Wolfwalkers

by | Dec 23, 2020 | 1 comment

Apple and Cartoon Saloon’s collaboration proves to deliver the best film from each yet

Apple’s foray into film has been timid so far, it has failed to discover a specific theme it wants its films to have, though this is normal for a fledgling studio. After producing some adult-oriented content such as the series The Morning Show (2019-), Ted Lasso (2020-), and the films Greyhound (2020) and On the Rocks (2020), Apple has been making some strides in family entertainment. It has started producing some family-friendly documentary-series such as Tiny World (2020-), Earth at Night in Color (2020-), and with the holiday season it has been taking advantage of a distribution deal of the classic A Charlie Brown Christmas (1965). However, the tech/movie company’s biggest step towards becoming a serious destination for family and prestige film entertainment is with their newest animated film: Wolfwalkers (2020). 

Wolfwalkers is the latest film from Irish animation studio Cartoon Saloon. The film takes place in 1650 Ireland, in the town of Kilkenny. The English have moved in with their imperial force, and we focus on a soldier, Bill (Sean Bean) and his daughter Robyn (Honor Kneafsey). Bill has been tasked with ridding the nearby woods of wolves that terrify villagers and eat livestock. Robyn is keen to help her father but is constantly reminded of performing her womanly duties instead. One day, as she escapes the town’s walls to follow her father and help in his hunt, she becomes entangled with a mythical creature from Irish folklore: a Wolfwalker. These are normal people that have been given powers of controlling, communicating, and even transforming into wolves, becoming guardians of the forest. Robyn meets a wolfwalker in the shape of the young and feisty red-maned Mebh (Eva Whittaker), who shows Robyn that wolves might not be the real threat to the people of Kilkenny.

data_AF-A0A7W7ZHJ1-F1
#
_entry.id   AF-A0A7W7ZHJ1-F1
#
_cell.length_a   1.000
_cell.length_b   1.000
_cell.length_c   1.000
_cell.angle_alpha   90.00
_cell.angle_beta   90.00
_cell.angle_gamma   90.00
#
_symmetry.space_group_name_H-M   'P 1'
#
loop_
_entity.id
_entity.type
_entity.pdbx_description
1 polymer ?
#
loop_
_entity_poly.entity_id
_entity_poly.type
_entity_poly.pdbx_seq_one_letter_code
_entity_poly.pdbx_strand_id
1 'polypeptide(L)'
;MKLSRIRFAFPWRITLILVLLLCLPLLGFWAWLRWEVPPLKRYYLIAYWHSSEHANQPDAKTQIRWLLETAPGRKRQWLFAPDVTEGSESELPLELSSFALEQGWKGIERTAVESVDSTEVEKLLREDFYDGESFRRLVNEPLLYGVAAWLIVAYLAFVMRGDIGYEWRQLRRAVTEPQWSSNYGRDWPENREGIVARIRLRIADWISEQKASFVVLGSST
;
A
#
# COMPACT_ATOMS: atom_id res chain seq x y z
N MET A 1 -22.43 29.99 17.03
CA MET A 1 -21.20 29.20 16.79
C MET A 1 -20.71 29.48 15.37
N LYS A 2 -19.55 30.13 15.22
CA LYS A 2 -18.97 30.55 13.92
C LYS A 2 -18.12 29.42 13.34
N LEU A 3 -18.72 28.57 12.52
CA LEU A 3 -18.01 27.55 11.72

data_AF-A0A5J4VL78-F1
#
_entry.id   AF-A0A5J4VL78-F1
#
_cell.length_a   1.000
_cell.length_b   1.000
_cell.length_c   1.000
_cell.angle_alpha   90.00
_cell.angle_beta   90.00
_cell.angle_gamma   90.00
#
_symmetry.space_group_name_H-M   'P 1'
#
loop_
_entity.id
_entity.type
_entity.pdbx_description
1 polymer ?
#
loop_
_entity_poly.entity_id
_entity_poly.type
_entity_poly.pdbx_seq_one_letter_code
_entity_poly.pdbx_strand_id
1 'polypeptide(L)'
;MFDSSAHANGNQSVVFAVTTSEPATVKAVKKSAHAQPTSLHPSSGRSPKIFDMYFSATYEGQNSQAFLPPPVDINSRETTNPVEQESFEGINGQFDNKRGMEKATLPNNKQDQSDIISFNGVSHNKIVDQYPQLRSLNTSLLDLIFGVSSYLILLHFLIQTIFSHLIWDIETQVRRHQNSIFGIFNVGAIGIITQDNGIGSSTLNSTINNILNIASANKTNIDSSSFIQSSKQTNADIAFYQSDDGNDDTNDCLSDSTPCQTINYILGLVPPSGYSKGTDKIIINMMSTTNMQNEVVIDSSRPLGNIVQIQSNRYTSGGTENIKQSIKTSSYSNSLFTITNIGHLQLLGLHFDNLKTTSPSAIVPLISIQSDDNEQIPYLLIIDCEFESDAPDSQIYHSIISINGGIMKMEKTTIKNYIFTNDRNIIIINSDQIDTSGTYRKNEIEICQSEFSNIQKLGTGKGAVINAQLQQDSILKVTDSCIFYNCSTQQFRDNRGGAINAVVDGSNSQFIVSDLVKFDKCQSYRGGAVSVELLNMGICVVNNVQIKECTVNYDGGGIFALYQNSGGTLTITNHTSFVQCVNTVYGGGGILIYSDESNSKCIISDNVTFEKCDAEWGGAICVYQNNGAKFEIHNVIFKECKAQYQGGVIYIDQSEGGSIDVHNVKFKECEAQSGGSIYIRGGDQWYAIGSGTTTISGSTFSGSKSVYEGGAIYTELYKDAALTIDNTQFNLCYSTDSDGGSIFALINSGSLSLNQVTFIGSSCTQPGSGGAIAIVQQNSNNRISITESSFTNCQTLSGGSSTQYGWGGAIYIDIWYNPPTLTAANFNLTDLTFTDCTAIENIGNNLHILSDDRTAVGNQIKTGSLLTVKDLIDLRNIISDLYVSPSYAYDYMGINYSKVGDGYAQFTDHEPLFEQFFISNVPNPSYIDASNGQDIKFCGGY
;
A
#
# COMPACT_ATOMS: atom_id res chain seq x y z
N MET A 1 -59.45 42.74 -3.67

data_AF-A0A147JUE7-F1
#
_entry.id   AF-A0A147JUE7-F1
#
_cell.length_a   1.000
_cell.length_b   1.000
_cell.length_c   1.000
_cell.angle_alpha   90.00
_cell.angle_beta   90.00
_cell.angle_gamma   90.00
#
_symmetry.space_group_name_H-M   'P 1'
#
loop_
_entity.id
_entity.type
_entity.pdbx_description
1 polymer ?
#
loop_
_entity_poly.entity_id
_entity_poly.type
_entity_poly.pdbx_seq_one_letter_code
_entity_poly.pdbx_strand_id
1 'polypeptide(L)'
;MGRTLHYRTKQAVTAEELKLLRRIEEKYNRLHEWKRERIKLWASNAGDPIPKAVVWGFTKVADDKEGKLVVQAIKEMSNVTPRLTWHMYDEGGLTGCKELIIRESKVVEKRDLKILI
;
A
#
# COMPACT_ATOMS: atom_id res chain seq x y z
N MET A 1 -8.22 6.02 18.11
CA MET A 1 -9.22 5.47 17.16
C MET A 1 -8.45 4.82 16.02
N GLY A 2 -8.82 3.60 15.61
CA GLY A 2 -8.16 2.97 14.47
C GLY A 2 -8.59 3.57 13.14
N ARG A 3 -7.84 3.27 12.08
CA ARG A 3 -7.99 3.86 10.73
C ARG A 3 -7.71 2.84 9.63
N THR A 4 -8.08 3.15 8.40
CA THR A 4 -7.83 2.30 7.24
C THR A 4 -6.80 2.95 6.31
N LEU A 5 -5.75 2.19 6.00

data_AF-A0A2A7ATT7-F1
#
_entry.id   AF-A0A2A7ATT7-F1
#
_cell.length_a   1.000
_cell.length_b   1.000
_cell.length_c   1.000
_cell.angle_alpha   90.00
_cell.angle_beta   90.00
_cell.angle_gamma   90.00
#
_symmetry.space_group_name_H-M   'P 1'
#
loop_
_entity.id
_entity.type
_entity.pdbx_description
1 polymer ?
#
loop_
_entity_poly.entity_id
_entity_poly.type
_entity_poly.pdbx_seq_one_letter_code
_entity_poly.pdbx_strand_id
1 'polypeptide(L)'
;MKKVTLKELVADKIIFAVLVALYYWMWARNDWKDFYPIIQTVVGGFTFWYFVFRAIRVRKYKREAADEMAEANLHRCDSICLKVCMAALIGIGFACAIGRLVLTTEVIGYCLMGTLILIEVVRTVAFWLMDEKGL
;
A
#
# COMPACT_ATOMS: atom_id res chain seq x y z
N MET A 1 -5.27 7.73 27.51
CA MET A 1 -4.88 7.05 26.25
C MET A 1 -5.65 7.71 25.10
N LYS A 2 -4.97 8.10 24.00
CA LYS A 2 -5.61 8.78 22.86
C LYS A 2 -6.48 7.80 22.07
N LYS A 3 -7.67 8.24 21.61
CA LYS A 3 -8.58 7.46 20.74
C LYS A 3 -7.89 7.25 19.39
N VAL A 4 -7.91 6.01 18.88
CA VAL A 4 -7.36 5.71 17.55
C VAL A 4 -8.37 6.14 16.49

As with other films from Cartoon Saloon, specifically the critical darlings Song of the Sea (2014) and The Secret of Kells (2009), there is a use of Irish mythology in order to tell family-friendly story. The film is, in fact, co-directed by one of the filmmakers of those two former films: Tomm Moore. Both those previous films used their setting to produce some original adventures and stakes for viewers, as well as introducing many to an unknown Irish culture. Moore has also used these settings to explore more personal matters such as grief or coming-of-age tales. The results have always been sweet and profound films that always left you with a fuzzy feeling. With Wolfwalkers Moore and his new co-director Ross Stewart, have chosen to focus on much darker material, ripe for these more serious and dark times.